ToDo's On Your Desktop

I’m not going to lie and tell you that I’m great at task management. Frankly, I suck and I blame it on technology. If only there were a task system that could light a fire under my butt. We all know there isn’t, but the system that I’ve found to work best for me is Todoist. Todoist is really light and fast. Also, it has a simple API so it’s very extensible and already has a lot of tools surrounding it (quicksilver, launch, dashboard widget, mobile, gmail integration, etc).


The Problems

The problem that I have with task management is two fold. First, I need reminders. My programming brain is sharply trained to scoot information in and out, only keeping what is immediately necessary. It’s great to have a to do list but if it doesn’t remind me, it barely works. The good news is that todoist has a premium service that is only $3/month (yes only $3) that allows for reminders in any form you like (twitter, sms, email, jabber, etc). First problem solved.

The second problem that I have is that sometimes a reminder is not enough. I personally need to see my upcoming projects, tasks and calendar items in front of me anytime I can. It hit me the other day that I look at my desktop a lot. This got me wondering if I could use the todoist API to put my upcoming, date sensitive tasks right there, on the desktop, in front of me whenever I’m on my laptop.

The Solution

I did some googleing and found Geektool, which I had installed/uninstalled before but this time seemed to have a purpose. The end result is in the screen cap below.


To do this, I created a quick and dirty ruby script to hit the todoist api and put out a simple list of all time sensitive tasks. 1) I put the following script at ~/bin/todoist.rb.

require 'yaml'
require 'rubygems'
require 'rio'
require 'json'
require 'active_support'

def todoist_query(*args)
  token   = args.pop
  queries = %Q{["#{args.flatten.join('","')}"]}
  url     = "{queries}&token=#{token}"

lines, now   = [],
config = YAML::load(rio(File.join(ENV['HOME'], '.todoist')).read)
format = '%Y-%m-%dT%H:%M'
days   = ( => config['days'] || 3)).step(

todoist_query("overdue", { |d| d.strftime(format) }, config['token']).each do |type|
  next if type['data'].size == 0
  lines << (type['type'] == 'date' ? Time.parse(type['query']).strftime('%b %d').gsub(/\s0/, ' ').upcase : type['type'])
  type['data'].each { |i| lines << " - #{i['content']}" }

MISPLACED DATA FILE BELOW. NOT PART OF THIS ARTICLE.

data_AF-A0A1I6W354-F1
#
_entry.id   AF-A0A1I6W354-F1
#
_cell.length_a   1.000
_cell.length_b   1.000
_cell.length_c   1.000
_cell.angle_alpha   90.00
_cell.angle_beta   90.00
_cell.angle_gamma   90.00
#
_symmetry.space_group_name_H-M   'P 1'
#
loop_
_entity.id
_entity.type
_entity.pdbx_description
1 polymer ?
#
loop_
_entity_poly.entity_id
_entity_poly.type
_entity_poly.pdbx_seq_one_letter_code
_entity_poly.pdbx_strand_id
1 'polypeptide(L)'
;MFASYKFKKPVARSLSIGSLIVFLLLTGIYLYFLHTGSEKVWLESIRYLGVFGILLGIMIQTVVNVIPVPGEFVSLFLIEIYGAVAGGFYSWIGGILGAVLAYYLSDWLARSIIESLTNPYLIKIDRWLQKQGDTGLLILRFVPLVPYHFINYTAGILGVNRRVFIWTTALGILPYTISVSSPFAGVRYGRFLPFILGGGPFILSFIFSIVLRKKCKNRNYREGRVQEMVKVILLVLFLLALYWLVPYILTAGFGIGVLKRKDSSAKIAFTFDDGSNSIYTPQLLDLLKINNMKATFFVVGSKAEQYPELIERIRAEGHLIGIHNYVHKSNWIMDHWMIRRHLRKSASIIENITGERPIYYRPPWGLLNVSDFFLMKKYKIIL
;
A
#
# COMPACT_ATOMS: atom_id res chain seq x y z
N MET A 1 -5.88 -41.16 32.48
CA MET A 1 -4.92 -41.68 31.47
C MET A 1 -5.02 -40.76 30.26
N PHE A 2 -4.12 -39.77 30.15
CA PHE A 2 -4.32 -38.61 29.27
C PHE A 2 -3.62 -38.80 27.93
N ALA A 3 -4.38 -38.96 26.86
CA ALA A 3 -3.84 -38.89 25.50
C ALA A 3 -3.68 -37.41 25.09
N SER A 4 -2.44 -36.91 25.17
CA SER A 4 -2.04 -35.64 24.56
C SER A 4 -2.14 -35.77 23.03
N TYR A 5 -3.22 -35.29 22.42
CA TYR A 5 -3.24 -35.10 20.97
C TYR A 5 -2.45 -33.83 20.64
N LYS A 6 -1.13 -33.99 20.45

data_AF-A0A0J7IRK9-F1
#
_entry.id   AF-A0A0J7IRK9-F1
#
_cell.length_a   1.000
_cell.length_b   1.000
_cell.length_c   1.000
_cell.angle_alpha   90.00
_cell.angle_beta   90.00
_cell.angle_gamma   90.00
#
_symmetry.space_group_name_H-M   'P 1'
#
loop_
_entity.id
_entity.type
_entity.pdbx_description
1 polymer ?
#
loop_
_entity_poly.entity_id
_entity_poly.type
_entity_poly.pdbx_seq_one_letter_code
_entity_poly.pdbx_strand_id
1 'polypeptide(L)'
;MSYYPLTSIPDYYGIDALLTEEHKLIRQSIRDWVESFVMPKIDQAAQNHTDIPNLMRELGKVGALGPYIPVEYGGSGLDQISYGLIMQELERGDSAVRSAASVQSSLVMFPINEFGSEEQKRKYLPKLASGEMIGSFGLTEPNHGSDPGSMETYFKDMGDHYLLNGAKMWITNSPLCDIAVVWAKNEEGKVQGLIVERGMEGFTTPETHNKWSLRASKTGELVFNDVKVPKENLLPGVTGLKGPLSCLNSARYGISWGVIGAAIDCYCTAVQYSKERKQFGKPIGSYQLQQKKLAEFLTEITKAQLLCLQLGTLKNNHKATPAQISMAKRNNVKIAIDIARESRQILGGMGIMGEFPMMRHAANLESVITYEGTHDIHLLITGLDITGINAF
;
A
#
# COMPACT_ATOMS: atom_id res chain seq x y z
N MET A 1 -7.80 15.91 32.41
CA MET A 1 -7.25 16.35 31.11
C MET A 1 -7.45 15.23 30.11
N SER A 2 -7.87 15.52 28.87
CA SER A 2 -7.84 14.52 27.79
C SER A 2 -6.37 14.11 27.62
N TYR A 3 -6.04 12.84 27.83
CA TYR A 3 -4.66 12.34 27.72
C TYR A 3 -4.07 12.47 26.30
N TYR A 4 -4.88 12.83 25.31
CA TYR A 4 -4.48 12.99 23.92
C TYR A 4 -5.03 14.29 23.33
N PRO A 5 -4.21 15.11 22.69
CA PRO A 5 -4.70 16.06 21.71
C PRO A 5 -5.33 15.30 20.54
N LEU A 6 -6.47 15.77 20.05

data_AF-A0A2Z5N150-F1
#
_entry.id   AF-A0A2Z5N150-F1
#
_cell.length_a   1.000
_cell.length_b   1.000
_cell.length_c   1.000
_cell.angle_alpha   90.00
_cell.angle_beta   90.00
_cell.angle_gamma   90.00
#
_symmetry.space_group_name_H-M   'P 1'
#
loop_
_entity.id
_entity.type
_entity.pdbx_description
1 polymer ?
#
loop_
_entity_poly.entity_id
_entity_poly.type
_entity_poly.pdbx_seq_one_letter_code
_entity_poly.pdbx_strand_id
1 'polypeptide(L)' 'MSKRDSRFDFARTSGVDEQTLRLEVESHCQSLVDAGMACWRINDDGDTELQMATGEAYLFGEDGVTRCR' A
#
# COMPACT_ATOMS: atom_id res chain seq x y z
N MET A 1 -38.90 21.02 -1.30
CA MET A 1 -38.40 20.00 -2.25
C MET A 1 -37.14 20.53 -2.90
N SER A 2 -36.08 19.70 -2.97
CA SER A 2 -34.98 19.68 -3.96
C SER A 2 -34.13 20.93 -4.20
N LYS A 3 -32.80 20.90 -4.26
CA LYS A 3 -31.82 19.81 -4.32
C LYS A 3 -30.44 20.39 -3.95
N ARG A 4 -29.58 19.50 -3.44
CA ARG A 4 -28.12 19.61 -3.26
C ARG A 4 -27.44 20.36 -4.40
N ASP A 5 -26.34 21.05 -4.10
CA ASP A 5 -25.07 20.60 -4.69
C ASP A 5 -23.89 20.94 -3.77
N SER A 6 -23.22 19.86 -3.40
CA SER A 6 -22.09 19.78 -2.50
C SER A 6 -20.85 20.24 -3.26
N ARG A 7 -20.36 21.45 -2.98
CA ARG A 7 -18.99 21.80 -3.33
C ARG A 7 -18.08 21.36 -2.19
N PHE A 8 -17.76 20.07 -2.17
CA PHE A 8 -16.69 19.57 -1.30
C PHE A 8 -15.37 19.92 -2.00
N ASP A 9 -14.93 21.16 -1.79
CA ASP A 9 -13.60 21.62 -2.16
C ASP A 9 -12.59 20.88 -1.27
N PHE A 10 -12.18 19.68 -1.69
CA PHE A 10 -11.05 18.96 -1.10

lines << "\n"

puts lines

Like I said, it’s quick and dirty. 2) Now setup geektool to run the script at a given interval (I chose 2 minutes).


3) I created a file in my home directory to store my todoist token and the number of days I want to show. The main reason I separate the token from the ruby script is in case I feel like using it somewhere else on my system with another script. If my token ever changes, I can update it in one place and all the scripts will still use correct one. Anyway…I put the file at ~/.todoist and it looked something like this:

token: foobarbaztoken
days: 4

Now every two minutes the script runs and updates based on how I am updating my tasks at My tasks are continually in front of me, which helps keep them in my mind so that I actually get stuff done.

Other Uses

Some other uses I could see valuable for this would be calendaring. Google Calendar has an API so you could hit that and show your upcoming events right by your tasks. Maybe there is some site that posts a lot of updates and it’s hard to keep up with by feeds? Just use feedtools and a tinye ruby script to show the latest posts for your perusal when you get a few seconds. Just some thoughts.

Anyone else do something along these lines? Have some code to share or thoughts on how to do it better? Let me know.


  1. Whoa, why hadn’t I heard of GeekTool before? I am going to nerd out on that in a major way. The possibilities are endless.

  2. You should check out! :)

    Reminders are a good point. Should be fairly easy to do considering it’s based on twitter.

    You can always let me know what you would like to see added.

  3. Usefull, thank you!

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Authored by John Nunemaker (Noo-neh-maker), a programmer who has fallen deeply in love with Ruby. Learn More.


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